It is widespread assumption amongst founders of new blockchain technologies that the creation of a non-profit foundation, a non-profit private limited company (gGmbH) or a business company (gUG) is the correct legal form for the implementation of the project. There are indeed numerous examples of projects that chose this route. The Ethereum Foundation, established in 2014, is most likely one of the most successful examples. However, it has to be taken into account that it has its registered seat in Zug and is subject to Swiss law. The most famous example within the German jurisdiction is most likely the IOTA Foundation which has its registered seat in Berlin and which had its non-profit status recognized. There may be sound reasons to use a non-profit corporation in order to facilitate the mass adaptation of a new technology but depending on the actual intentions and interests of the founders, a non-profit corporation may also not be suited at all.

How Can a Corporation Be Recognized as Non-Profit?

The German Tax Code defines the circumstances under which a corporation may be recognized as a non-profit corporation. This option is given where a corporation pursuits charitable causes. The pursuit of charitable causes by a corporation is defined by the German Tax Code as activities of the corporation which are aimed to altruistically facilitate the general public in material, intellectual or moral aspects. The facilitation of the general public cannot be assumed if the recipients are predetermined as is e.g. the case with family foundations. The law also includes an exclusive catalogue of eligible areas. Next to religion, art, culture, sports and numerous other areas, science and research as well as consumer protection are eligible non-profit areas which also make the most sense with regards to new blockchain technologies. Finally, the non-profit status can only be recognized, if the corporation acts in an altruistic way. This specifically requires the corporation to solely allocate its resources to its statutory purposes and that members and shareholders do not receive a profit share or other contributions.

When is the Recognition as a Non-Profit Sensible for Blockchain Initiators?

The successful recognition as a non-profit saves taxes. Non-profit corporations are e.g. exempt from inheritance, gift and property tax. Donations and membership fees are also tax exempt for non-profit corporations. Nonetheless, the foundation of a non-profit corporation for blockchain projects is only sensible if the initiators do not intend for a commercial use of the corporation. A recognized non-profit corporation for the facilitation of a new blockchain technology will therefore have to make use of its resources to e.g. facilitate the development of the core software, to facilitate educational programs with regards to the actual utilization of the technology and the mass adaptation of it. Purely commercial activities which aim at generating profits such as the operation of a crypto exchange or the operation of a crypto custody service may not be carried out.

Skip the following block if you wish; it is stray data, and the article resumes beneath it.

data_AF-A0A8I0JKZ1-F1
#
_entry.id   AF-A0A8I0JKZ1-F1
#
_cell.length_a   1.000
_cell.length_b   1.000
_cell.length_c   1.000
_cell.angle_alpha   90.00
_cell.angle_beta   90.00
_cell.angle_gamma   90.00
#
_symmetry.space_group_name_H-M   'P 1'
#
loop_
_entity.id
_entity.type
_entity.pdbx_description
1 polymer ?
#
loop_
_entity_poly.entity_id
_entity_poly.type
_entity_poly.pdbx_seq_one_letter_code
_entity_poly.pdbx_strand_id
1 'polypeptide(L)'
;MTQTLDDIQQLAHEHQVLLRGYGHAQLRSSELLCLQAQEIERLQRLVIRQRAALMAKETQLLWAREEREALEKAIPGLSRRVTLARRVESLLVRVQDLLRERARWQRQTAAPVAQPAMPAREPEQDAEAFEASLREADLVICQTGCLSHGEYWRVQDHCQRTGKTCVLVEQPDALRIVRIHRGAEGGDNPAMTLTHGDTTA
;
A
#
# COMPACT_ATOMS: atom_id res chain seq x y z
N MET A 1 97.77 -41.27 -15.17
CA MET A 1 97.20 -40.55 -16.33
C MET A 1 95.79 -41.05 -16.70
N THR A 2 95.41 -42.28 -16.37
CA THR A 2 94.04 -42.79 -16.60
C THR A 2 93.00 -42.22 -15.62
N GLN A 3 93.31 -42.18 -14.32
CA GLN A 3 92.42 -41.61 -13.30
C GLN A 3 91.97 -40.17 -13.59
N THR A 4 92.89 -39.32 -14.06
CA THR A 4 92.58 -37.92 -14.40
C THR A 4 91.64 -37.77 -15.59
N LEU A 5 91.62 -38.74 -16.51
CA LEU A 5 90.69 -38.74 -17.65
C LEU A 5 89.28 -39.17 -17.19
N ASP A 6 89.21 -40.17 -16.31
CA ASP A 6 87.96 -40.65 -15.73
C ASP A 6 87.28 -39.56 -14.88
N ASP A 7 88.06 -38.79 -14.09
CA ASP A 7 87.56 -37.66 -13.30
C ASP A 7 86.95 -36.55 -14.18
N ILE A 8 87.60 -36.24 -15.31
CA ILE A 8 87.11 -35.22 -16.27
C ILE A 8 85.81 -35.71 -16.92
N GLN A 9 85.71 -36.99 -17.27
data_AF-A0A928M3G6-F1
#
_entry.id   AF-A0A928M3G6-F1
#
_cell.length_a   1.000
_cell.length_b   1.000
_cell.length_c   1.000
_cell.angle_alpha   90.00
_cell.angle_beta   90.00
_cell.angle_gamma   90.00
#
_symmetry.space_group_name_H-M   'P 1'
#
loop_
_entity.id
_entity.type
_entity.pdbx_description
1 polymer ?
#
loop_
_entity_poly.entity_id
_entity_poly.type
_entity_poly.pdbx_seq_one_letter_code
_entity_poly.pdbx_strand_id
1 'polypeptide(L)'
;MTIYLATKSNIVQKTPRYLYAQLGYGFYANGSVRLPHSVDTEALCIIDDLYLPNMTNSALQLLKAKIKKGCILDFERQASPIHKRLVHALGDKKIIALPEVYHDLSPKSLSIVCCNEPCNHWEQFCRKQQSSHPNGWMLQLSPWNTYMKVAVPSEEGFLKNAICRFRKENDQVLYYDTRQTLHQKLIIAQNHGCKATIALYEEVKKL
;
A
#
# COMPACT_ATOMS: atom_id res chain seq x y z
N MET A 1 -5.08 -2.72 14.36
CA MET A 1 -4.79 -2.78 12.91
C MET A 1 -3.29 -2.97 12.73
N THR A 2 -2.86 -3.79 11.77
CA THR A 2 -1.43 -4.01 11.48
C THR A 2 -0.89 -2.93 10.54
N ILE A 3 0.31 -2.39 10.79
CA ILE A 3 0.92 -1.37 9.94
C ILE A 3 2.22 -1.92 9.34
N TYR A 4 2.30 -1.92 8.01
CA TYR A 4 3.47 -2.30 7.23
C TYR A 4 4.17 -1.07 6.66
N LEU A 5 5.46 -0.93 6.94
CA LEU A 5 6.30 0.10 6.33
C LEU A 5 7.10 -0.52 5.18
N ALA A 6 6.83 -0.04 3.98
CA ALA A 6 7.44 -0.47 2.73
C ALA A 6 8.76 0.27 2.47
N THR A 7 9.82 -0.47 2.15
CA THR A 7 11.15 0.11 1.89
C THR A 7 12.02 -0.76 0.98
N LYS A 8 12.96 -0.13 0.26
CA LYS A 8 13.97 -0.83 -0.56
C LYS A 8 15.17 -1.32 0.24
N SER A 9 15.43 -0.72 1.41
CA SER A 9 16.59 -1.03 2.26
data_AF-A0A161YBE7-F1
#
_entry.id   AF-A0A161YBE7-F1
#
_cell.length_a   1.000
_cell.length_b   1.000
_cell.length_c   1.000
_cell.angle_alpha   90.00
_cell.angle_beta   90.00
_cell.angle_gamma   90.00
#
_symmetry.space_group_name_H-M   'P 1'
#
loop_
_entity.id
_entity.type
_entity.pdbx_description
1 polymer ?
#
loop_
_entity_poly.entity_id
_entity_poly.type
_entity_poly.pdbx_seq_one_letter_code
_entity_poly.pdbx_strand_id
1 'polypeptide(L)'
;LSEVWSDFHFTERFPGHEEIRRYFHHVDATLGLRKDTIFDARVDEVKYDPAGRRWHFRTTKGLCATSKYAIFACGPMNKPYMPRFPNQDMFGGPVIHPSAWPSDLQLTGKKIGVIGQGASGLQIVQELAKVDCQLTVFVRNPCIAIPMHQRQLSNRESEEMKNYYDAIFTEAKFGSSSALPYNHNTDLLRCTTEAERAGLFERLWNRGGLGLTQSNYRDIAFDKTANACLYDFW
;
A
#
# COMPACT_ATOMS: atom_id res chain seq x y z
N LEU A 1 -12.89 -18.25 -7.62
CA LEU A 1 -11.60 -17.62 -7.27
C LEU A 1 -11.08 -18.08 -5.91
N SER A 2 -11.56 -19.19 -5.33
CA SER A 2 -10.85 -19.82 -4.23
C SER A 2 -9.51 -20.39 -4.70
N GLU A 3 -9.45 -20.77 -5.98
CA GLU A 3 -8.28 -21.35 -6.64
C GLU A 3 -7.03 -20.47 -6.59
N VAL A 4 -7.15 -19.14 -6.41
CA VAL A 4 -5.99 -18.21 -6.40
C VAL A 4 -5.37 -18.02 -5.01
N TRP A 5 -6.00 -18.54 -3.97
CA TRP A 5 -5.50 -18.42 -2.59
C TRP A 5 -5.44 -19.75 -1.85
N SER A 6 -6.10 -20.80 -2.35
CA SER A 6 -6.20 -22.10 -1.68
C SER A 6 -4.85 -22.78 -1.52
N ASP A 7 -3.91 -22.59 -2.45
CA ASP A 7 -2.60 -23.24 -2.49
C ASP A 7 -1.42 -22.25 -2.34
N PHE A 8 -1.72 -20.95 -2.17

Non-Profit as Savior from BaFin Authorization Requirements?

It is a common and widespread misconception that non-profit corporations are not subject to BaFin authorization requirements. Even though the authorizations as regulated in the German Banking Act (KWG) and the German Investment Firm Act (WpIG) will only be required, if a provider operates a regulated activity in Germany and commercially which will generally not be the case with non-profit corporation. As an alternative to the requirement of a commercial conduction of the business, both regulatory regimes will also be applicable in case that the service provider objectively requires a professional business setup for the activity. This may be the case if carrying out the activity requires professional structures such as an orderly accounting or the employment of staff. The authorization requirement of the financial regulatory law does therefore not exclude the recognition of a corporation as non-profit.

Attorney Lutz Auffenberg, LL.M. (London)